Yesterday we began a discussion about medical bills. We noted that medical malpractice awards are structured to cover the cost of care for patients who have been harmed. One of the primary reasons that these award amounts must be as high as they are is that the line by line medical costs for patients are too often inflated past recognition. This places stress on patients trying to pay these bills and on the American economy that must absorb the effects of an unbalanced medical care system.
The significant markups that hospitals insist on charging patients who are not on Medicare can be enough to break the banks of even upper middle class Americans. A recent TIME article gives multiple examples of what these markups look like practically. Just a single example notes that a Medicare patient will be charged $20.44 for a chest x-ray, while a privately insured or uninsured patient will be charged $283.00. This cost disparity clearly illustrates why so many medical malpractice judgments range in the millions of dollars but are not enough to ultimately care for the affected patients.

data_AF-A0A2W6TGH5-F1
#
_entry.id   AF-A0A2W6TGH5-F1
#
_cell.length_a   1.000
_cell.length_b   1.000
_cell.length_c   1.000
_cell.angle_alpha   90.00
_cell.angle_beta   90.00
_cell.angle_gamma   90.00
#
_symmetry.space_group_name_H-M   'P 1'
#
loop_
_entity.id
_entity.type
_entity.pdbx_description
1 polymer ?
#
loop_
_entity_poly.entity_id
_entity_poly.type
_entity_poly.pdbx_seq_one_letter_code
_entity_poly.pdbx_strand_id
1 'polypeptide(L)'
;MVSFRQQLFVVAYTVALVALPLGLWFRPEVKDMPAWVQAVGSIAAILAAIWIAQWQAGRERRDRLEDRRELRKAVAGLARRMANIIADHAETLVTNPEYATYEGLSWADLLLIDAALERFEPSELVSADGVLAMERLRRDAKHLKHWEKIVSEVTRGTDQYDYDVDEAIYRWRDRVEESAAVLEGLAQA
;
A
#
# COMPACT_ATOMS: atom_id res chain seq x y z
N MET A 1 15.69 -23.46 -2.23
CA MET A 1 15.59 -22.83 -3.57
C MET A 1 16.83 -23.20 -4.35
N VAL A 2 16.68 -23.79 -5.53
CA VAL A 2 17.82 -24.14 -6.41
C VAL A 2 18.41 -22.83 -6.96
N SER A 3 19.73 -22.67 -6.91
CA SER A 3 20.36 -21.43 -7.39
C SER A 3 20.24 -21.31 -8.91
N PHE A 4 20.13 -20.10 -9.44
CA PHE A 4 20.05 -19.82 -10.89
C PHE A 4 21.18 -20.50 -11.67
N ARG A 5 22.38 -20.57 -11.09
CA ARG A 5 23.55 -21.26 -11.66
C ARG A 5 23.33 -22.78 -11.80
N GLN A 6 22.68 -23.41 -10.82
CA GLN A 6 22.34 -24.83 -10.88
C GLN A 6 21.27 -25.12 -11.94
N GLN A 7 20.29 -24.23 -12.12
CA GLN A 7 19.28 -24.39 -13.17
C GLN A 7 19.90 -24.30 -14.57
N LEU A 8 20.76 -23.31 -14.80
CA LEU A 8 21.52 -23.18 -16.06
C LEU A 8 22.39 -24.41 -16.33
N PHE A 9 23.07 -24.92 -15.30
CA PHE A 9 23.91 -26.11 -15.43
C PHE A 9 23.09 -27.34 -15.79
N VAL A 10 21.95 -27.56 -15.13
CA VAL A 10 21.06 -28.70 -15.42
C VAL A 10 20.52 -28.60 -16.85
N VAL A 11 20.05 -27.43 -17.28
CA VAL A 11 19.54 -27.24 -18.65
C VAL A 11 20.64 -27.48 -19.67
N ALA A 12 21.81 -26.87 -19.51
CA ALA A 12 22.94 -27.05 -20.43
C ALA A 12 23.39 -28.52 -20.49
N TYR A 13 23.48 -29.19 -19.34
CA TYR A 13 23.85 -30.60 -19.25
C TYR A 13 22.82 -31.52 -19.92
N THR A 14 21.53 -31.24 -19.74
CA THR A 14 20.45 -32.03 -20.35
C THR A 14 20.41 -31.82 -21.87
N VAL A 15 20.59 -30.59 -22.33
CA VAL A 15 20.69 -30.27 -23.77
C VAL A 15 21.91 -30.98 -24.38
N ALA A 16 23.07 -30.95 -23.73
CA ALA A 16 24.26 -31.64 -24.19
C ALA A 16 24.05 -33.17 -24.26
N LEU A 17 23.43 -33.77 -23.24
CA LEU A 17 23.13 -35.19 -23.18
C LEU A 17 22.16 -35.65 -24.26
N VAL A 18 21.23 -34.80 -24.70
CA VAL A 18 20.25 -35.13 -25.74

According to federal law, the amount that hospitals charge patients on Medicare must correctly approximate the hospital's cost of not only providing the service but also physician salaries, overhead and medical equipment. Why then do hospitals routinely charge insured patients many times the amount that Medicare patients are billed?
This is a complex question that must be studied in-depth. At a time when American incomes are declining and healthcare costs are skyrocketing, it is not the amount of medical malpractice judgments that should be coming under fire but the inflated line by line costs of medical care itself.
Source: TIME, "Bitter Pill: Why Medical Bills Are Killing Us," Steven Brill, Feb. 20, 2013